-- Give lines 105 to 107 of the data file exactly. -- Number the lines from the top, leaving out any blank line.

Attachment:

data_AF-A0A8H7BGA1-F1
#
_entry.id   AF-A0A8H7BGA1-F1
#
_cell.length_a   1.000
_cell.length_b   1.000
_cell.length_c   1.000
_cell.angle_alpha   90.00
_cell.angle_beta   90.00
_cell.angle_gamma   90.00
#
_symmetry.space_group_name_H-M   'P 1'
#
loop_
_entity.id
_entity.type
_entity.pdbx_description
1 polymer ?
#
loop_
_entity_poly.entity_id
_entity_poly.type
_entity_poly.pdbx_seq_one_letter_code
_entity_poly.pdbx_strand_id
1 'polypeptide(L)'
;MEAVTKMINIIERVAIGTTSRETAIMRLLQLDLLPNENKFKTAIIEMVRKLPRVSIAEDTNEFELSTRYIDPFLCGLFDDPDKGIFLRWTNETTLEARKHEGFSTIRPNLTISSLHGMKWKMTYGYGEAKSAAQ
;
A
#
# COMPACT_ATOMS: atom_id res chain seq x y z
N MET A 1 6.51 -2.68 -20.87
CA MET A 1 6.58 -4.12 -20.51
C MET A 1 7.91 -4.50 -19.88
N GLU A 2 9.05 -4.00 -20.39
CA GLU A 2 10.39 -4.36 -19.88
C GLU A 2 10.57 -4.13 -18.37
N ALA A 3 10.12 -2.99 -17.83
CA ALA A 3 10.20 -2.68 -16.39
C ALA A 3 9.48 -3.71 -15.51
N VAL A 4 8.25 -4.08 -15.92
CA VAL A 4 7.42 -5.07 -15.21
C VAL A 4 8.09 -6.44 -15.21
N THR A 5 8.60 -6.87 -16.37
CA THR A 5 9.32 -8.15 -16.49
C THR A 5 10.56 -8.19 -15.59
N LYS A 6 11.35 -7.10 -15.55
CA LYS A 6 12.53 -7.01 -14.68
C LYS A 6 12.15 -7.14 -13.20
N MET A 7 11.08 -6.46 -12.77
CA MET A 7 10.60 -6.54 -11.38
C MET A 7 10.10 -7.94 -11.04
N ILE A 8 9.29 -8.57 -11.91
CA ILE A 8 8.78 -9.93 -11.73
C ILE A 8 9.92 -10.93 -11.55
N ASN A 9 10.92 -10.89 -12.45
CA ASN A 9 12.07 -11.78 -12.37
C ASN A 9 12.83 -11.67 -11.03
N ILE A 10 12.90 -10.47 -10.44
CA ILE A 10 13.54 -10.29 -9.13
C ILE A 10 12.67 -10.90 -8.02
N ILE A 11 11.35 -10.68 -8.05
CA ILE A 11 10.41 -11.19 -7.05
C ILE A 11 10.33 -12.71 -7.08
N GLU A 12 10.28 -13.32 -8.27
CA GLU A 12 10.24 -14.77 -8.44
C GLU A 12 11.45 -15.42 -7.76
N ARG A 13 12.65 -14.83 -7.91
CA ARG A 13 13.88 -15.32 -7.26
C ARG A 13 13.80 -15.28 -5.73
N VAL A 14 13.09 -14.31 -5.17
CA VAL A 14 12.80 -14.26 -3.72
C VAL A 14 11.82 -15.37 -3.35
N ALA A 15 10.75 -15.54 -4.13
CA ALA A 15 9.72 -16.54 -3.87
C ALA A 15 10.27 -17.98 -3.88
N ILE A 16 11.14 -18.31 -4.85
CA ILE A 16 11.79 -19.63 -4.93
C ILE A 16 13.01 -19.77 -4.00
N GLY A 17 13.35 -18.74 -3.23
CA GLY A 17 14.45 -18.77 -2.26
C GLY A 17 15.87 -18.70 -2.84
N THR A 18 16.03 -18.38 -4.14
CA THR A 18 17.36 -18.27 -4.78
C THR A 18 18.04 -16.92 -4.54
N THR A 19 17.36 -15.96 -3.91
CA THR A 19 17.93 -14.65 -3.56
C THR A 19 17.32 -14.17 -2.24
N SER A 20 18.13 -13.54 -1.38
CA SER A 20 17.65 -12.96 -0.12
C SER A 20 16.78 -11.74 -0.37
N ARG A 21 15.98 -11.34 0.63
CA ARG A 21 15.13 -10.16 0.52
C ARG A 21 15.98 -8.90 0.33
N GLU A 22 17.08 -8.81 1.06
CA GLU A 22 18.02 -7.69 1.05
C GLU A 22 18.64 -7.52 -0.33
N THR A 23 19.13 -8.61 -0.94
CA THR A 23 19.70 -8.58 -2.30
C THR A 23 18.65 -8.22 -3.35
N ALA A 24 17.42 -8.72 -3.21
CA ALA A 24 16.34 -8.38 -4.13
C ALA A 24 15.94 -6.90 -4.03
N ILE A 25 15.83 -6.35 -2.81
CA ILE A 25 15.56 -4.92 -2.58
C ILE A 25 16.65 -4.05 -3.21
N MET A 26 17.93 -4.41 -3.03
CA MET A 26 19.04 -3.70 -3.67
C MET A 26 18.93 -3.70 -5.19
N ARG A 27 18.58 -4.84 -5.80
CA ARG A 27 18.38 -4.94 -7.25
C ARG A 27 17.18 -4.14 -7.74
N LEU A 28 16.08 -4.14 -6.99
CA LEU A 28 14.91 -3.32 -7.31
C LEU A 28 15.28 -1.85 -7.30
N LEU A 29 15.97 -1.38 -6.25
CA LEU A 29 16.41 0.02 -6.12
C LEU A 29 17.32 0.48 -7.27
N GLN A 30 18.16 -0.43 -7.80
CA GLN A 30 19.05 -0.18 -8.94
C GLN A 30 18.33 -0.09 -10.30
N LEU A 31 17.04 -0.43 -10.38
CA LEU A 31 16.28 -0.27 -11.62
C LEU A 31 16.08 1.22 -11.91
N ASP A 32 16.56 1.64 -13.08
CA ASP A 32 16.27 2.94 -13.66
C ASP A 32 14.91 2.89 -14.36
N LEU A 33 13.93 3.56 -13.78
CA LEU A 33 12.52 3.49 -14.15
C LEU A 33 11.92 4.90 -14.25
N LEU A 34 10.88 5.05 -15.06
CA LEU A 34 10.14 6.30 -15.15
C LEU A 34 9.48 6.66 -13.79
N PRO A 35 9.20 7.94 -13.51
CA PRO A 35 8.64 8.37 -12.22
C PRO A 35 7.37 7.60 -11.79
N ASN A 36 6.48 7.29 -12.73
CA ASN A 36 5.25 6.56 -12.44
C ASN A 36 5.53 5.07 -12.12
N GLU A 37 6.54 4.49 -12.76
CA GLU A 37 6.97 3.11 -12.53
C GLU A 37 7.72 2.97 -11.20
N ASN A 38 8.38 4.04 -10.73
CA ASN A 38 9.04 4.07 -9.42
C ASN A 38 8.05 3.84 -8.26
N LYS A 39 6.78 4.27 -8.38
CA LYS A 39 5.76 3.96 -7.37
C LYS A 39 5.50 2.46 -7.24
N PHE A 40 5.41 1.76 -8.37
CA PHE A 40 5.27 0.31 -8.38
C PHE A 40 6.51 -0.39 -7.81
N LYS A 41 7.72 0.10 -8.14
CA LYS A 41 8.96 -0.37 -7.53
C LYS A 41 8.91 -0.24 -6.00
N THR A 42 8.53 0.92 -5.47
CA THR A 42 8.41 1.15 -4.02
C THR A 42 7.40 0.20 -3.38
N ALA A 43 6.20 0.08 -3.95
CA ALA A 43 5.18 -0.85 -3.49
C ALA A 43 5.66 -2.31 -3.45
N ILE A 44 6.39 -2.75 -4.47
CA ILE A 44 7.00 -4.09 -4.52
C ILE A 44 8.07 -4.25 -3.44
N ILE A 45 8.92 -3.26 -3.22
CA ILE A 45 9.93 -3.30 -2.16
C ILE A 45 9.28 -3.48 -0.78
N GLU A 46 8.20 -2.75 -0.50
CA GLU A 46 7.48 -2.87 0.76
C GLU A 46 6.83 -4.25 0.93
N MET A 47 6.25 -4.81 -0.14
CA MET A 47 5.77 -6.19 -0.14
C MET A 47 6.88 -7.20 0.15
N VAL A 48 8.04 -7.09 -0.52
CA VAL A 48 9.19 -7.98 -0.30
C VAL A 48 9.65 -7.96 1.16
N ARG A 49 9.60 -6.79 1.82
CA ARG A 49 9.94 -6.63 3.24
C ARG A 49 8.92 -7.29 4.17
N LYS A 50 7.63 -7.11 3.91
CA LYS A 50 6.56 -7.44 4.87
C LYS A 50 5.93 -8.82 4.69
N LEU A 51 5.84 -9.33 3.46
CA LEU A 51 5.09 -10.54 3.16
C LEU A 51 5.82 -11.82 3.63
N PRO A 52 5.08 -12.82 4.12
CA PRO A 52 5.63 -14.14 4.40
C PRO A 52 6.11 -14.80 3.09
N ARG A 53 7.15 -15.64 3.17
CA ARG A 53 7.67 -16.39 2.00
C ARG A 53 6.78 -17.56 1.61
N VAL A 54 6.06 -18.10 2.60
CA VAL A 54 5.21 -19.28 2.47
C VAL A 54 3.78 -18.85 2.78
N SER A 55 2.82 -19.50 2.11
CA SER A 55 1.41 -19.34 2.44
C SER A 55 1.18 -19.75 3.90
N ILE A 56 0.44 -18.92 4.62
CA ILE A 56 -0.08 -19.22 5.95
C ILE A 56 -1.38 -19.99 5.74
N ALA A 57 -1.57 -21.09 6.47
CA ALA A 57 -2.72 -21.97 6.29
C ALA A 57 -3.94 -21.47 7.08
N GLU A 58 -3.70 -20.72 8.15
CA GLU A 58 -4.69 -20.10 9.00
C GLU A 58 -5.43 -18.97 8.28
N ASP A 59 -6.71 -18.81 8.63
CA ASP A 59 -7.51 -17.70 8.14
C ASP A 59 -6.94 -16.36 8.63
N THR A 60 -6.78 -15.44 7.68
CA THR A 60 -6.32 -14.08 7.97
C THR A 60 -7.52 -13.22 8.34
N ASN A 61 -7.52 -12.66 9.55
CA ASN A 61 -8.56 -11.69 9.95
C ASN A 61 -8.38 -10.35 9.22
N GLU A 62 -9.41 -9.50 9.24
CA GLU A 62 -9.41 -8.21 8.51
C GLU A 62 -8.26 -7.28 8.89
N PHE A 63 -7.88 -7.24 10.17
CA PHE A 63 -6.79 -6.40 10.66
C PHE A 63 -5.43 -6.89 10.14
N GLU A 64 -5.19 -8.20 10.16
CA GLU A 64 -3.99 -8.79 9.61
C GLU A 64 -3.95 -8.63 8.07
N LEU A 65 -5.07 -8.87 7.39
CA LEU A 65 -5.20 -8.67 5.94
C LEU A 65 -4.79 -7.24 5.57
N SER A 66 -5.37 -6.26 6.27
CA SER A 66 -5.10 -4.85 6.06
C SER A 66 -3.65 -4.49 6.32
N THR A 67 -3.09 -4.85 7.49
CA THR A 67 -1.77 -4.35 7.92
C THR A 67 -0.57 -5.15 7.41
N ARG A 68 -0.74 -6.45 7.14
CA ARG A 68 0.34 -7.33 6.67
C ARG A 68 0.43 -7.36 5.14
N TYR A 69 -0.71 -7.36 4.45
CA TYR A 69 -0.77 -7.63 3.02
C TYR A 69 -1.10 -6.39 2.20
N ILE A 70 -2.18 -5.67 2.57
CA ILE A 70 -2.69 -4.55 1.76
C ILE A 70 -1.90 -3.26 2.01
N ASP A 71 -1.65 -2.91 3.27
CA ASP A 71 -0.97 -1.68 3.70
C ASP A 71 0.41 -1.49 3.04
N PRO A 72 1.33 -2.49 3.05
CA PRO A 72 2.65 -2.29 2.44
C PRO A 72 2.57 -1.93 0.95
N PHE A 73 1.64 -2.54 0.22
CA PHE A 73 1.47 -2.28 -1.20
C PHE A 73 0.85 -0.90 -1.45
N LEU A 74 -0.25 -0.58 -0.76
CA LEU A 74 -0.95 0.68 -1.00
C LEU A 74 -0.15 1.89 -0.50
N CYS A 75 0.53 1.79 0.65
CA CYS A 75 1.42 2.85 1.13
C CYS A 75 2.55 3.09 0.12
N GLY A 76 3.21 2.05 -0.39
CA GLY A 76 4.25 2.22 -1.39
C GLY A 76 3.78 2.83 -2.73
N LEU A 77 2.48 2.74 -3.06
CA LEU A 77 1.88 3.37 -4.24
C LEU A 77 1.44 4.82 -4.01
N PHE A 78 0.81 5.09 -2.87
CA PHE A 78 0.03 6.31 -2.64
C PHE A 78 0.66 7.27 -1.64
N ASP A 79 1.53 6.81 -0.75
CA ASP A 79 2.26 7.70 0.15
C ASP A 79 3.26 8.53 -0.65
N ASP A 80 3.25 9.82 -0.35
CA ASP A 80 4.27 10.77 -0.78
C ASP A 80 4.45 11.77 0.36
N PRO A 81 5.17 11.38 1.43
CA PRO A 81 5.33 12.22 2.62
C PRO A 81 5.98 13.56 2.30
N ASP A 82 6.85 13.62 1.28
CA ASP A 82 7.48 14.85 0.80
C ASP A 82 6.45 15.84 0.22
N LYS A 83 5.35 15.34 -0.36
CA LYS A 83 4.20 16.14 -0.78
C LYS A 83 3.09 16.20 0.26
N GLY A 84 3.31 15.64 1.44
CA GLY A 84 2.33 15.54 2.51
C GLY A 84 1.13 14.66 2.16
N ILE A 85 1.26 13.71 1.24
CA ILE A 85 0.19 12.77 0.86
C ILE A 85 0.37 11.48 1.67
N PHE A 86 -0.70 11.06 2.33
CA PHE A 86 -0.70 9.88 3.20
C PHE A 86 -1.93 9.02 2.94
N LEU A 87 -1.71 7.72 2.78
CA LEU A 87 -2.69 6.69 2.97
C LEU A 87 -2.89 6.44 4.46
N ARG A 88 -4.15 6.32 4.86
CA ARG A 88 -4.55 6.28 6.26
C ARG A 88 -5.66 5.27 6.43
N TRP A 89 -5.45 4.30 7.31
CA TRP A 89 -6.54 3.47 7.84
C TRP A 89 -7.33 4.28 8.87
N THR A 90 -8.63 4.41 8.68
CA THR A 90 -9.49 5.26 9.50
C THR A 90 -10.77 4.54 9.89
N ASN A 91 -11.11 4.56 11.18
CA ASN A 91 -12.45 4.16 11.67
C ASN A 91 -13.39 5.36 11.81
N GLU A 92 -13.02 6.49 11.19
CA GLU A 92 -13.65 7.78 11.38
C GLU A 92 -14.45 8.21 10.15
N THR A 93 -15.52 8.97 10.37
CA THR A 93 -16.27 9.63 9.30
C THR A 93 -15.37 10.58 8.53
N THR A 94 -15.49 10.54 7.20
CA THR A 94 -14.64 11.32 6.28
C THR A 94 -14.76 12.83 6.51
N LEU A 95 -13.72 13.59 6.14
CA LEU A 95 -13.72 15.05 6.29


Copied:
C ILE A 25 16.65 -4.05 -3.21
N MET A 26 17.93 -4.41 -3.03
CA MET A 26 19.04 -3.70 -3.67